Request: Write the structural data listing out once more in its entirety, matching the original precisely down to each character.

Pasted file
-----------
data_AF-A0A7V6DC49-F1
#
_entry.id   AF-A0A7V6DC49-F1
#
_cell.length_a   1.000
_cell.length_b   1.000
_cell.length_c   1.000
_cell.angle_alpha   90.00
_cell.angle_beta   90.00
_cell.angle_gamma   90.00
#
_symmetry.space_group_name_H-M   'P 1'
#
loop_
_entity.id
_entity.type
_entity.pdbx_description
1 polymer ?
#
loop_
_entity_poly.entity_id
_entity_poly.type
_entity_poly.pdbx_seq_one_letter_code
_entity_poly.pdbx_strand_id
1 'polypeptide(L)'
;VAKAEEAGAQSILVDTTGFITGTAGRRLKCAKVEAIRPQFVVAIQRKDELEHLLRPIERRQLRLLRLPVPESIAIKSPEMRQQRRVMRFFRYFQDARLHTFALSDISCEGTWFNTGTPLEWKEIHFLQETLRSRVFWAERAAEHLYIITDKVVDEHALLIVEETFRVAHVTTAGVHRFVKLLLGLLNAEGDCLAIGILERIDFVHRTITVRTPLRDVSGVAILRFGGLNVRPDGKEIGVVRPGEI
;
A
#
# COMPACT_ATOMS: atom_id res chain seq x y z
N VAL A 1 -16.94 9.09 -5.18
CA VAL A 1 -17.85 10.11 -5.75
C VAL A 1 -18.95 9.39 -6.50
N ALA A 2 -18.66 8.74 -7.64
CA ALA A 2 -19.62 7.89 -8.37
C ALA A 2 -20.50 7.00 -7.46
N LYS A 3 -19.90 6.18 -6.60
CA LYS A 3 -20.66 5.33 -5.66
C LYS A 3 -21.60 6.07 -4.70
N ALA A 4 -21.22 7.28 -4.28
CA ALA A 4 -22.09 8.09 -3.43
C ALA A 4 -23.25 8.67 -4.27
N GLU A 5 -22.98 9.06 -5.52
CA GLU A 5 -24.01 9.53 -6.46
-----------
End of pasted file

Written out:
data_AF-A0A7V6DC49-F1
#
_entry.id   AF-A0A7V6DC49-F1
#
_cell.length_a   1.000
_cell.length_b   1.000
_cell.length_c   1.000
_cell.angle_alpha   90.00
_cell.angle_beta   90.00
_cell.angle_gamma   90.00
#
_symmetry.space_group_name_H-M   'P 1'
#
loop_
_entity.id
_entity.type
_entity.pdbx_description
1 polymer ?
#
loop_
_entity_poly.entity_id
_entity_poly.type
_entity_poly.pdbx_seq_one_letter_code
_entity_poly.pdbx_strand_id
1 'polypeptide(L)'
;VAKAEEAGAQSILVDTTGFITGTAGRRLKCAKVEAIRPQFVVAIQRKDELEHLLRPIERRQLRLLRLPVPESIAIKSPEMRQQRRVMRFFRYFQDARLHTFALSDISCEGTWFNTGTPLEWKEIHFLQETLRSRVFWAERAAEHLYIITDKVVDEHALLIVEETFRVAHVTTAGVHRFVKLLLGLLNAEGDCLAIGILERIDFVHRTITVRTPLRDVSGVAILRFGGLNVRPDGKEIGVVRPGEI
;
A
#
# COMPACT_ATOMS: atom_id res chain seq x y z
N VAL A 1 -16.94 9.09 -5.18
CA VAL A 1 -17.85 10.11 -5.75
C VAL A 1 -18.95 9.39 -6.50
N ALA A 2 -18.66 8.74 -7.64
CA ALA A 2 -19.62 7.89 -8.37
C ALA A 2 -20.50 7.00 -7.46
N LYS A 3 -19.90 6.18 -6.60
CA LYS A 3 -20.66 5.33 -5.66
C LYS A 3 -21.60 6.07 -4.70
N ALA A 4 -21.22 7.28 -4.28
CA ALA A 4 -22.09 8.09 -3.43
C ALA A 4 -23.25 8.67 -4.27
N GLU A 5 -22.98 9.06 -5.52
CA GLU A 5 -24.01 9.53 -6.46